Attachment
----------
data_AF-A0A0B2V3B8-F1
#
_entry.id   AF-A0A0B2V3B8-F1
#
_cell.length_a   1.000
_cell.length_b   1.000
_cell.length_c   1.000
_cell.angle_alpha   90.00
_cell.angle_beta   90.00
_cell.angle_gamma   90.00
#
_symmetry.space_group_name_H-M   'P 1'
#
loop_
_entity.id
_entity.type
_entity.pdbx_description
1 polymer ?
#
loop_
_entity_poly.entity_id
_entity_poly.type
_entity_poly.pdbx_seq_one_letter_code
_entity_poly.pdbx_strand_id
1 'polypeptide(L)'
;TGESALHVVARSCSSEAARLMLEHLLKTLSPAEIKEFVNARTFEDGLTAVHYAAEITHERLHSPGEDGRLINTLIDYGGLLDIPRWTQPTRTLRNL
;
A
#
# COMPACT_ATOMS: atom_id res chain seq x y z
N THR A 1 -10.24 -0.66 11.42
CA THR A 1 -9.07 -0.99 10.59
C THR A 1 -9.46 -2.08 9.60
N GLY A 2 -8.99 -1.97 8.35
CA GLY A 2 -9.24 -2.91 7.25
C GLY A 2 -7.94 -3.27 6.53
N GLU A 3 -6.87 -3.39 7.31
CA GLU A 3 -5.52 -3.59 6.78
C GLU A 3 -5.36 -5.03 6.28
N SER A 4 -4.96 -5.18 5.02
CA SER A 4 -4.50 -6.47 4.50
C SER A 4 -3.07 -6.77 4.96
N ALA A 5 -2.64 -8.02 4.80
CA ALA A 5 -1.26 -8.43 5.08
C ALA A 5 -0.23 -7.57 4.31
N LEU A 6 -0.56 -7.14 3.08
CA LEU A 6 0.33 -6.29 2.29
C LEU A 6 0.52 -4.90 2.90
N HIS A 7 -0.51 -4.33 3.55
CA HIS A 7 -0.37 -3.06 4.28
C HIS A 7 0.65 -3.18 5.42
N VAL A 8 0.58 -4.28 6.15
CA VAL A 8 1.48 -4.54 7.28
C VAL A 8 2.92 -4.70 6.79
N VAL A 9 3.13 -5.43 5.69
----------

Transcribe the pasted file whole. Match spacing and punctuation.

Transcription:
data_AF-A0A0B2V3B8-F1
#
_entry.id   AF-A0A0B2V3B8-F1
#
_cell.length_a   1.000
_cell.length_b   1.000
_cell.length_c   1.000
_cell.angle_alpha   90.00
_cell.angle_beta   90.00
_cell.angle_gamma   90.00
#
_symmetry.space_group_name_H-M   'P 1'
#
loop_
_entity.id
_entity.type
_entity.pdbx_description
1 polymer ?
#
loop_
_entity_poly.entity_id
_entity_poly.type
_entity_poly.pdbx_seq_one_letter_code
_entity_poly.pdbx_strand_id
1 'polypeptide(L)'
;TGESALHVVARSCSSEAARLMLEHLLKTLSPAEIKEFVNARTFEDGLTAVHYAAEITHERLHSPGEDGRLINTLIDYGGLLDIPRWTQPTRTLRNL
;
A
#
# COMPACT_ATOMS: atom_id res chain seq x y z
N THR A 1 -10.24 -0.66 11.42
CA THR A 1 -9.07 -0.99 10.59
C THR A 1 -9.46 -2.08 9.60
N GLY A 2 -8.99 -1.97 8.35
CA GLY A 2 -9.24 -2.91 7.25
C GLY A 2 -7.94 -3.27 6.53
N GLU A 3 -6.87 -3.39 7.31
CA GLU A 3 -5.52 -3.59 6.78
C GLU A 3 -5.36 -5.03 6.28
N SER A 4 -4.96 -5.18 5.02
CA SER A 4 -4.50 -6.47 4.50
C SER A 4 -3.07 -6.77 4.96
N ALA A 5 -2.64 -8.02 4.80
CA ALA A 5 -1.26 -8.43 5.08
C ALA A 5 -0.23 -7.57 4.31
N LEU A 6 -0.56 -7.14 3.08
CA LEU A 6 0.33 -6.29 2.29
C LEU A 6 0.52 -4.90 2.90
N HIS A 7 -0.51 -4.33 3.55
CA HIS A 7 -0.37 -3.06 4.28
C HIS A 7 0.65 -3.18 5.42
N VAL A 8 0.58 -4.28 6.15
CA VAL A 8 1.48 -4.54 7.28
C VAL A 8 2.92 -4.70 6.79
N VAL A 9 3.13 -5.43 5.69